I woke up today in a sea emotions as the realization that the genius of Robin Williams has left us. As a recovering addict and someone who has struggled with the depths of depression, the news of another celebrity's death leaves me feeling both terrified and furious. Until you’ve waded through the waters of dark depression, you’ll never realize what a razor-thin line separates our stability and fragile mental health. Whenever I see an active addict slumped over in an alleyway, or see someone with obvious mental health issues being ostracized on the subway, I quietly remind myself, “There but for the grace of God, go I.”
I think one of the most telling lines from Robin Williams was when he said: “Comedy is acting out optimism.” I don’t think there is an addict out there, either in recovery or still using, who doesn’t identify with that sentiment. We all have our own reasons for numbing our demons with drug or alcohol, but behind each addict’s behaviour lies an individual struggling to find the “optimism” in reality. When we see a celebrity like Robin Williams, who appears to have everything going for him and adored by so many, we scratch our heads and wonder how he could possibly feel such despair. What we fail to realize is that drugs and alcohol can not selectively numb out only the bad feelings—they also erect a barrier to keep out all of the love and support around the addict.
For me, it was always a pointless debate about what comes first, the depression or the addiction. When I was in the throes of my depression about 18 years ago, it felt as though everyone and everything around me was moving at a different speed from me. I was bouncing around the mental health profession trying to find a quick fix out of this hell. I was introduced to the pharmacological world of antidepressants and their unsavoury side-effects that are rarely talked about—cold sweats, loss of sex drive, bloating, pounding headaches, loss of appetite. You’re left wondering if the cure is worse than the disease. I was eventually diagnosed with bi-polar disorder and was put on lithium as a mood stabilizer. I felt like I was walking around in a rubber body-suit in a total haze. Yes, I wasn’t suicidal anymore, but I felt absolutely nothing. I can remember having no emotional response as I had discussions with my wife, who said I needed to get some help or she would take our son and leave.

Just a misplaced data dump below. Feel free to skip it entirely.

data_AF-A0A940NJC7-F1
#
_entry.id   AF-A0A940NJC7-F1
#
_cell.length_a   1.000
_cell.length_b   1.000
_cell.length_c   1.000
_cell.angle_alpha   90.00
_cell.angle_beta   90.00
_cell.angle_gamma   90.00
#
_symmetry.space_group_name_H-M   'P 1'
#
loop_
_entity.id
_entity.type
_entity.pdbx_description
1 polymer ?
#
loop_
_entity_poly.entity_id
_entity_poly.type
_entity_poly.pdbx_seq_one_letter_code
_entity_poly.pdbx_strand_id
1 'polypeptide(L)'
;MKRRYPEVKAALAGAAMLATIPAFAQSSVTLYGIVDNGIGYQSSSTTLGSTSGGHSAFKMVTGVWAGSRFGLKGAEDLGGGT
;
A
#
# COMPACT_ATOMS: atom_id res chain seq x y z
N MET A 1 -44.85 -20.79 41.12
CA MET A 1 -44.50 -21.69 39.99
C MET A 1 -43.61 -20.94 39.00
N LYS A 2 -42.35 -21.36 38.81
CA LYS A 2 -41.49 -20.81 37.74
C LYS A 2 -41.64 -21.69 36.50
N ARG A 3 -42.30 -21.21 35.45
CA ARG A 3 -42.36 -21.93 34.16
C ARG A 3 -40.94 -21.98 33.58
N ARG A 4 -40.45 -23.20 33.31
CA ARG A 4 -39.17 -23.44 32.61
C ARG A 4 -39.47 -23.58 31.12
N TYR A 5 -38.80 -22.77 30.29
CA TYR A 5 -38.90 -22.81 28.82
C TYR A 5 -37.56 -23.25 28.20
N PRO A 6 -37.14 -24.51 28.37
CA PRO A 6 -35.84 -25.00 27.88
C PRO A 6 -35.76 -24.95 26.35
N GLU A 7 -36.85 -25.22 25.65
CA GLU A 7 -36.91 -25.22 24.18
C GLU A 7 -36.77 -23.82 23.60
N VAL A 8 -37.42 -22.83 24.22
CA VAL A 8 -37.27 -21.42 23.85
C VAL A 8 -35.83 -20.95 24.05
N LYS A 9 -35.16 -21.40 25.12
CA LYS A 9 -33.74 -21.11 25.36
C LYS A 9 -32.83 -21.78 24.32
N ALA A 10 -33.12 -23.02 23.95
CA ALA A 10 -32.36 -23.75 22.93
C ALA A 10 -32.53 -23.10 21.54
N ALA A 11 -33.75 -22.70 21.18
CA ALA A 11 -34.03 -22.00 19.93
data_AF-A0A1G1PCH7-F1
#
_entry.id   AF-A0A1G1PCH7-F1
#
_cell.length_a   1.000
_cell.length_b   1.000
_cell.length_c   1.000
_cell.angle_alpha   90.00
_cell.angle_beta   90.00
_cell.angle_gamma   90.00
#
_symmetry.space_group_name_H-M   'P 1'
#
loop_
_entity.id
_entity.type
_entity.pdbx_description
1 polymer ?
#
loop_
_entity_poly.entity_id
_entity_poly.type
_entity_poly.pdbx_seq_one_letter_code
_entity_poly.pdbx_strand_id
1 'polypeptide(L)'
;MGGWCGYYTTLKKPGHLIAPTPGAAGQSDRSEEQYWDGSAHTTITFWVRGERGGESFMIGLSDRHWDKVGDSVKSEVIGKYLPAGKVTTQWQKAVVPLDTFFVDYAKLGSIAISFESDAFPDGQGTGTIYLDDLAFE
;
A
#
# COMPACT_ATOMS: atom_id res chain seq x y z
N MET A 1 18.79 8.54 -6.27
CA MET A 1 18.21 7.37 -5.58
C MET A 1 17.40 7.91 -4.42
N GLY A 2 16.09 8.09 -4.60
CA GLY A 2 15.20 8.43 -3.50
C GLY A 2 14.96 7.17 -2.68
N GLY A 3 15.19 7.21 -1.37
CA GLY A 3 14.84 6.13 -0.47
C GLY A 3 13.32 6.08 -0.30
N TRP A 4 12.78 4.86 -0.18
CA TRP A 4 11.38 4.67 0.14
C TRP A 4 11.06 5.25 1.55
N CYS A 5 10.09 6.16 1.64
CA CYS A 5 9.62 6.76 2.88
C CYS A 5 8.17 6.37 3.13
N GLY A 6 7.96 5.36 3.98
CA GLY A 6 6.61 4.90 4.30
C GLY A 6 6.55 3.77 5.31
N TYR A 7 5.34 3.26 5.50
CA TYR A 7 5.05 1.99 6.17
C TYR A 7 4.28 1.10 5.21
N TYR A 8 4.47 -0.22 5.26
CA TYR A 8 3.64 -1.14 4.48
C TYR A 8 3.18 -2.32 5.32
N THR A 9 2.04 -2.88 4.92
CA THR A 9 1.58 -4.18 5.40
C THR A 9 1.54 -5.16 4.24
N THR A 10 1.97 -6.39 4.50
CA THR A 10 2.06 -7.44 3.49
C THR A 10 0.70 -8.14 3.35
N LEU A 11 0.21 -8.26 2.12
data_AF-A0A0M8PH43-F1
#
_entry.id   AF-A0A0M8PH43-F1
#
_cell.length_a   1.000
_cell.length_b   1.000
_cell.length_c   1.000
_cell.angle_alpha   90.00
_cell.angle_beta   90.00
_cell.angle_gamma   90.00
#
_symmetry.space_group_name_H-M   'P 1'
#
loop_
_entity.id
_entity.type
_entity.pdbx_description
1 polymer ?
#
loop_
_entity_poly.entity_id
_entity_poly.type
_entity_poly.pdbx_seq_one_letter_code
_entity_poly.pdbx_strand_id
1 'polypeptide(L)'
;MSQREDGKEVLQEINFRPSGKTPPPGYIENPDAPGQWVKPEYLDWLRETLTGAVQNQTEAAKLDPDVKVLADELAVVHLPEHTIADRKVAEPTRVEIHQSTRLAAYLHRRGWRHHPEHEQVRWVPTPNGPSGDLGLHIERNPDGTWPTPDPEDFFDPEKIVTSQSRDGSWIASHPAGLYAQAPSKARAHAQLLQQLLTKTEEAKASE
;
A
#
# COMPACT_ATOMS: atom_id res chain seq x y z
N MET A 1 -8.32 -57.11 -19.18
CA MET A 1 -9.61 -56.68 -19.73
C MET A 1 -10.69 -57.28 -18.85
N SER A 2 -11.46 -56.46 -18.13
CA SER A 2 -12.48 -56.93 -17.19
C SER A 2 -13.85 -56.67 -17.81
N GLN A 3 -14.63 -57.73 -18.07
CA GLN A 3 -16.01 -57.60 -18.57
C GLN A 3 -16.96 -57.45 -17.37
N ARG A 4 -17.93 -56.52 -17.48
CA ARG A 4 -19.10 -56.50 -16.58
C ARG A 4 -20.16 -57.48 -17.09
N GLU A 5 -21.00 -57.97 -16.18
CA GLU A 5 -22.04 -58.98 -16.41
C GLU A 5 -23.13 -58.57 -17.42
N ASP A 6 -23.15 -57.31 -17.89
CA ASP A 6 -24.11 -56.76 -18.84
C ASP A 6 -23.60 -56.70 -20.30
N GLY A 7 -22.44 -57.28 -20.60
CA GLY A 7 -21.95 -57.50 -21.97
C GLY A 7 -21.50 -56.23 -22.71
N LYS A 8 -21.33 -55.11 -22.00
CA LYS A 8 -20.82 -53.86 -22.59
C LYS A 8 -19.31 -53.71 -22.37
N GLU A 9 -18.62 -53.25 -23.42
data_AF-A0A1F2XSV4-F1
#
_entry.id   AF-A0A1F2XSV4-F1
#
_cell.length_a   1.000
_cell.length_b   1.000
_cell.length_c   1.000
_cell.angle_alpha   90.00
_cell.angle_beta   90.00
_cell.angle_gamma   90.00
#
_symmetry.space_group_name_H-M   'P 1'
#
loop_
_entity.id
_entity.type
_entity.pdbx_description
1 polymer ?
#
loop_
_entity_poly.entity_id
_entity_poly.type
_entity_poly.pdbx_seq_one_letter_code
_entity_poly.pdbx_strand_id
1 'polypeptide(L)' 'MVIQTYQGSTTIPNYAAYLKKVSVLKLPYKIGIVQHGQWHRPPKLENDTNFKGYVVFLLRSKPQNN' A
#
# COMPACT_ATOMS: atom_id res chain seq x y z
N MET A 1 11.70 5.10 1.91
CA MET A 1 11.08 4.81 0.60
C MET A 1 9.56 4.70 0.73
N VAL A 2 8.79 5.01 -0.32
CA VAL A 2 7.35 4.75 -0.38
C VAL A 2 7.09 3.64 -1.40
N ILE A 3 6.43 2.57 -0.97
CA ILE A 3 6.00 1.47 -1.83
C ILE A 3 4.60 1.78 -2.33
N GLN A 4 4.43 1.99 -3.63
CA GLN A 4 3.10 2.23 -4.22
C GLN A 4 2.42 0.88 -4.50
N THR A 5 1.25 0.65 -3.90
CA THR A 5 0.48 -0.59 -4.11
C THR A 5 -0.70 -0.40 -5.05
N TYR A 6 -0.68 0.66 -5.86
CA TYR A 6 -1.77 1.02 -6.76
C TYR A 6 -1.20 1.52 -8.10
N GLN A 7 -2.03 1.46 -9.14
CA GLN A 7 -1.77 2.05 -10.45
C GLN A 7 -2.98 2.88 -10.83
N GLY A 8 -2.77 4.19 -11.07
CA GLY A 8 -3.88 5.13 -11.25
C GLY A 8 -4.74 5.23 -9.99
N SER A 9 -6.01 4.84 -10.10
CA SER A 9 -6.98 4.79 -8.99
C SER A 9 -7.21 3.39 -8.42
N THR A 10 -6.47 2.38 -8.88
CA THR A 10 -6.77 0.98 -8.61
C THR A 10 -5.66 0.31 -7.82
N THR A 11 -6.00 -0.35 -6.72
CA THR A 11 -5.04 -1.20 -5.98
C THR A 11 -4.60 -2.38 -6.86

I am alive today, and sitting down in front of this computer writing for one reason, and one reason only—my wife stood beside me when I directly, or through my behaviour, had pushed everyone else away. I’m now 17 years clean and sober, and I’m no longer on any depression medication. Those who know me understand that I don’t take my mental health or sobriety for granted. Some days are easier than others, but every morning I need to commit to living another day on life’s terms. People often tell me how much they admire my courage and determination for facing these issues head on. Let me be clear about one thing—The real heroes are the people like my wife who stand beside the addicts and those struggling with depression and other mental health issues. Depression and addiction are ugly, messy, and cause immense pain and collateral damage to all the lives they touch.
If you know someone struggling today, simply be there for that person. Offer your unconditional love and hold onto the faith that behind the struggle lies beauty. There is no doubt we will all miss the comic genius of Robin Williams, but I invite you to see this tragedy as an opportunity to look around you and reach out to someone in your life who feels alone, ashamed, and lost.